WATCH: Shoot action panning shots on your Canon camera
Fast-paced action can be one of the trickier genres of photography to master. You need quick reflexes to autofocus and change settings on the fly, but there’s a huge sense of accomplishment when you nail the shot.
One way of making your action shots look more dynamic is with a technique called panning. This is where you pan – or move – your camera to track and follow your subject, such as a car, bird in flight, or in our case a cyclist. This method of tracking your subject via the viewfinder (or LCD screen), paired with a slower shutter speed, results in a shot where your subject should be sharp and the background has been turned into a wonderful rush of motion blur and colour.
In this project, we cover the core essentials to help you get started with panning. One extra step you can take that will help with your action photography is to enable back-button focusing. Many cameras have this capability and have a dedicated AF-On button on the back of the camera to which you can assign the autofocus activation, which means the shutter button is then purely for firing the shutter and doesn’t interfere with your AF.
If you’d like to try this out, go to your camera’s Custom Controls or Customize Buttons menu and set the Shutter button to half-press Metering Start, then set the AF-On button to Metering and AF Start. This is a super-handy method for all sorts of photographic disciplines, but particularly helpful for action and wildlife scenes because you have access to Continuous AF, Single Servo AF and Manual focus, all without diving into menus.
It’s also worth remembering that you ideally want to start taking shots before your subject passes in front of you, then track them through the frame, only releasing your trigger finger when they’ve passed, because this helps you get a smoother panning motion. In a good panning shot, you either have the subject approaching you, or are perfectly side-on; you don’t want an image where you see the back of your subject going away from you.
1. Camera settings
Put your camera into Shutter priority (S or Tv) mode, and set the ISO to 100, then frame up on your scene, and dial in a shutter speed of around 1/30 sec, noting the aperture. Now go into Manual mode and enter the same settings to lock them off.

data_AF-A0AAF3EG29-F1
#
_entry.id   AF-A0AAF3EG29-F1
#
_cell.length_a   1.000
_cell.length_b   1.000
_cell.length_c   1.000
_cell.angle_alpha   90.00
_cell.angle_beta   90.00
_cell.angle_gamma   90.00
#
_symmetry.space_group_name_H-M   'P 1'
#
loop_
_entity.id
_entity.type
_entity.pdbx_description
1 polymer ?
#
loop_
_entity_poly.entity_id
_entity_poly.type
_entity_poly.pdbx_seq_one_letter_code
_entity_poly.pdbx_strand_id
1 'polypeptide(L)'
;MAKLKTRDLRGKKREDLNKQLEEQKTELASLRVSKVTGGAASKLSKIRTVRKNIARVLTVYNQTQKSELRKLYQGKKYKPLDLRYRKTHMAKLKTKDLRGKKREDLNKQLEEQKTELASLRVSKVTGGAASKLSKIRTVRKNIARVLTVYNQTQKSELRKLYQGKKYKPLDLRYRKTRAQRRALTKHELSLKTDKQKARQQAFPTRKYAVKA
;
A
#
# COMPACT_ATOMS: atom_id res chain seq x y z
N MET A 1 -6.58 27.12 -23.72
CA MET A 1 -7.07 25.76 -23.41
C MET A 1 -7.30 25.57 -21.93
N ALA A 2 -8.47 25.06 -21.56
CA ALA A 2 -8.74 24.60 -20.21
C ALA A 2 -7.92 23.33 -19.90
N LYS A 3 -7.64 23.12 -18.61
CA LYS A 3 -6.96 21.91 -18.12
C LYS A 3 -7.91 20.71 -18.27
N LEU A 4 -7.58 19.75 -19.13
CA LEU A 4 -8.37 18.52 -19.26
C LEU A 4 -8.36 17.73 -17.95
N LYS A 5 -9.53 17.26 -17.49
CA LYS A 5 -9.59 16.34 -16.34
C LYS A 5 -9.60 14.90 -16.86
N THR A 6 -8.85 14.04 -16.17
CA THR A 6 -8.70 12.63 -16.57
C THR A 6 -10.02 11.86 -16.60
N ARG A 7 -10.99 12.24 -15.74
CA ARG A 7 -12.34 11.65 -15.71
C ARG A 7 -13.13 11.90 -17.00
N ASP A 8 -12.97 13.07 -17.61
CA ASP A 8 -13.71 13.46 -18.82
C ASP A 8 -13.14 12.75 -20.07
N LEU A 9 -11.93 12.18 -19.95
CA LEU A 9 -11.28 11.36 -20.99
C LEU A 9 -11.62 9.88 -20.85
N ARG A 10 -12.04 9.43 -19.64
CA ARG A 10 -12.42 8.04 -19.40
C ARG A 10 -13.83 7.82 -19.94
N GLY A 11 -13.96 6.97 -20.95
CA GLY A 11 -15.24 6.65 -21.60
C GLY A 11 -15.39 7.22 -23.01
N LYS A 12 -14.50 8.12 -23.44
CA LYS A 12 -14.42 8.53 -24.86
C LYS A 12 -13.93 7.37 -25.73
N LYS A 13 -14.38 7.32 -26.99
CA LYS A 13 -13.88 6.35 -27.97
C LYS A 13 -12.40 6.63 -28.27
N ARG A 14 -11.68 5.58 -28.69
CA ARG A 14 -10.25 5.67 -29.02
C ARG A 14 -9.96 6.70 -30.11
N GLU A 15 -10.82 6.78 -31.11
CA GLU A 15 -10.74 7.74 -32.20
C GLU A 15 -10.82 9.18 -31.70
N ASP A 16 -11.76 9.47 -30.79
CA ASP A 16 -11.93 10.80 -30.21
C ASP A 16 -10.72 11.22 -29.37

2. Use a monopod
While not essential, a monopod comes in very handy for panning shots as it helps reduce any motion on the vertical axis, so you’re left with just the panning motion on the horizontal axis. You could also use a tripod with one leg extended instead.
3. Image Stabilization
If your lens has an IS On/Off switch, turn this off to stop it correcting the blur that is essential for a panning shot (since the stabilization is designed to counteract camera movement, it will work against you!). Some lenses, like our Canon EF 70-200mm f/2.8L, have different IS modes that can aid panning; in this case choose Mode 2, which only corrects vertical movement.
4. Track and shoot
Now you’re ready to start taking some test shots. A good place to set up is safely on a kerbside next to a road, where cars or bikes regularly go past. Use continuous or tracking AF to focus on your subject as it comes past, and take a group of shots as you pan to follow them through the lens.
5. Refine the shutter speed
Inspect the images on the rear LCD. You know the shutter speed is too fast if the background is sharp. If your whole scene is blurry, your shutter speed is either too slow or your panning movement needs to be smoother. Tweak your shutter speed to make it faster or slower accordingly.
6. Sharpen in Photoshop
Load your image into Photoshop and hit Ctrl/Cmd + J to duplicate the layer, go to Filter > Other > High Pass and set the Radius to 4px and hit OK. Now set the Blending mode in the Layers panel to Overlay. Add a Layer Mask and hit Ctrl/Cmd + I to invert it, then use a soft white brush to paint over your subject to sharpen it.
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